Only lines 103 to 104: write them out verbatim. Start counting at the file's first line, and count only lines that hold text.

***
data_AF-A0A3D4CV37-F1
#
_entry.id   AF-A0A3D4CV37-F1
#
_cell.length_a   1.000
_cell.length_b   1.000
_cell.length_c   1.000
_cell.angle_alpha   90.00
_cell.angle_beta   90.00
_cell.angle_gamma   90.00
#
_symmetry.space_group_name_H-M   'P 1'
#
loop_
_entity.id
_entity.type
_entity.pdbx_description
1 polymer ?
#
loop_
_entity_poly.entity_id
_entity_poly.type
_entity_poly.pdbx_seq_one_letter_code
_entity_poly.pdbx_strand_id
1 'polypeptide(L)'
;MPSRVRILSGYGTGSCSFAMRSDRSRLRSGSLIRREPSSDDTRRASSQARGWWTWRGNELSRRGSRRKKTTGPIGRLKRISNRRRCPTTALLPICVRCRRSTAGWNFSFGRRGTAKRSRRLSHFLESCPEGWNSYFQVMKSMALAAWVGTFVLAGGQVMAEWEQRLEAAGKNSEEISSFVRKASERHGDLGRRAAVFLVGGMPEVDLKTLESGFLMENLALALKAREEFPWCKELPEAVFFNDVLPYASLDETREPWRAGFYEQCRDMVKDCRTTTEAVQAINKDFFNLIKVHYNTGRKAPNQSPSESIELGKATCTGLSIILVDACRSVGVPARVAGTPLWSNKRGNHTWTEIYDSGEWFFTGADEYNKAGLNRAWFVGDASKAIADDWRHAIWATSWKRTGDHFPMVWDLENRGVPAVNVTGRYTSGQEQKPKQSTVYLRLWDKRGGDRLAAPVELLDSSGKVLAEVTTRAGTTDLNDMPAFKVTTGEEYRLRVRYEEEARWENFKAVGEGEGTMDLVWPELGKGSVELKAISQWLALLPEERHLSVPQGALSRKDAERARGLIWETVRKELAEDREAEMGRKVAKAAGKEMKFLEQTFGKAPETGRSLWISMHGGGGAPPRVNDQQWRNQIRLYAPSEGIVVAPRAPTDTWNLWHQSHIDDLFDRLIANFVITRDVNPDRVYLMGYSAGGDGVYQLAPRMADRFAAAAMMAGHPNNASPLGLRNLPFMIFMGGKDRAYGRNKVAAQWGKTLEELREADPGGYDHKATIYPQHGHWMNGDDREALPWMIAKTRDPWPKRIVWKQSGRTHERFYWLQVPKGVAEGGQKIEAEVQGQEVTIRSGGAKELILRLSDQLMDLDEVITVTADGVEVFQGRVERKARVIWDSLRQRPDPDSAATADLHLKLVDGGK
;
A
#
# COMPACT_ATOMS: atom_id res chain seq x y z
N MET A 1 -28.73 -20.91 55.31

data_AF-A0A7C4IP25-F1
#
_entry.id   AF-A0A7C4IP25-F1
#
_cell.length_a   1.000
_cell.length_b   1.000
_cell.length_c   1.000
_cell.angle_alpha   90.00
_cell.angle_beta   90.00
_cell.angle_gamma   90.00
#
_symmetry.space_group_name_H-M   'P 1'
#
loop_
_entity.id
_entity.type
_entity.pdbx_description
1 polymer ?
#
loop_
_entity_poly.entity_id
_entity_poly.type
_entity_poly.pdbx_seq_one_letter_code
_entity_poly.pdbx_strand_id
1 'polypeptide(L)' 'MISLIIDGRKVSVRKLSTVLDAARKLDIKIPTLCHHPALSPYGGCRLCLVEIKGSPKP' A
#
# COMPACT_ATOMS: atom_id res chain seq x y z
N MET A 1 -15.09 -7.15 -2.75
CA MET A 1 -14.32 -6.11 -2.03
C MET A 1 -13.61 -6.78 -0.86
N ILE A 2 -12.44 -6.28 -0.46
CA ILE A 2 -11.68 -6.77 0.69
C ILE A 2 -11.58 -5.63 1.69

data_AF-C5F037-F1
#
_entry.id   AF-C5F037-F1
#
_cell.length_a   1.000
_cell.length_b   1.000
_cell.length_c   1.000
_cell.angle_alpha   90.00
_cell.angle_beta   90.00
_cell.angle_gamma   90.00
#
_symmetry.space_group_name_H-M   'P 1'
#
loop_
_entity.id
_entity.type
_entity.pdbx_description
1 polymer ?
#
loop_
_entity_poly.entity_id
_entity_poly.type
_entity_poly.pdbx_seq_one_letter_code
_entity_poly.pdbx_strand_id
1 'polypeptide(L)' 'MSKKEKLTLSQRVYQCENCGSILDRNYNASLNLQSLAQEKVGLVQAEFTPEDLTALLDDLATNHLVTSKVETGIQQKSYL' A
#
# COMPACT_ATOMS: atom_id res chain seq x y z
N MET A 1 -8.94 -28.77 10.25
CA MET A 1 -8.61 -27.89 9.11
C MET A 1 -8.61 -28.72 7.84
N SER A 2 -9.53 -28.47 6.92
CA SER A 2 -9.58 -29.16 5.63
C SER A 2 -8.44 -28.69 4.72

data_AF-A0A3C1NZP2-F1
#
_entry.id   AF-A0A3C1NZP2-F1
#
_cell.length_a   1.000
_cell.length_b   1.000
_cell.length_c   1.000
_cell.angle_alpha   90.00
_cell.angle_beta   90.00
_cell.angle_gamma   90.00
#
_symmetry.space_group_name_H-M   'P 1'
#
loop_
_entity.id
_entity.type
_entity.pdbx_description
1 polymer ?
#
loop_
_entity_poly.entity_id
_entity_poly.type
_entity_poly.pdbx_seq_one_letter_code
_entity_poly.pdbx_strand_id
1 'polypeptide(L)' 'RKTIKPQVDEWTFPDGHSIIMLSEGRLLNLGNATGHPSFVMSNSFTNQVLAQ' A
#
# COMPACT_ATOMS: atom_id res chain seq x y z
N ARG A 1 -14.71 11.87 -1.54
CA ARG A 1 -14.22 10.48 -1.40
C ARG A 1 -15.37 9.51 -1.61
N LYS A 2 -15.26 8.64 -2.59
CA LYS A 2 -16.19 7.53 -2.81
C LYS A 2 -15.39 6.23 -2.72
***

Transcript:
_cell.length_b   1.000
_cell.length_c   1.000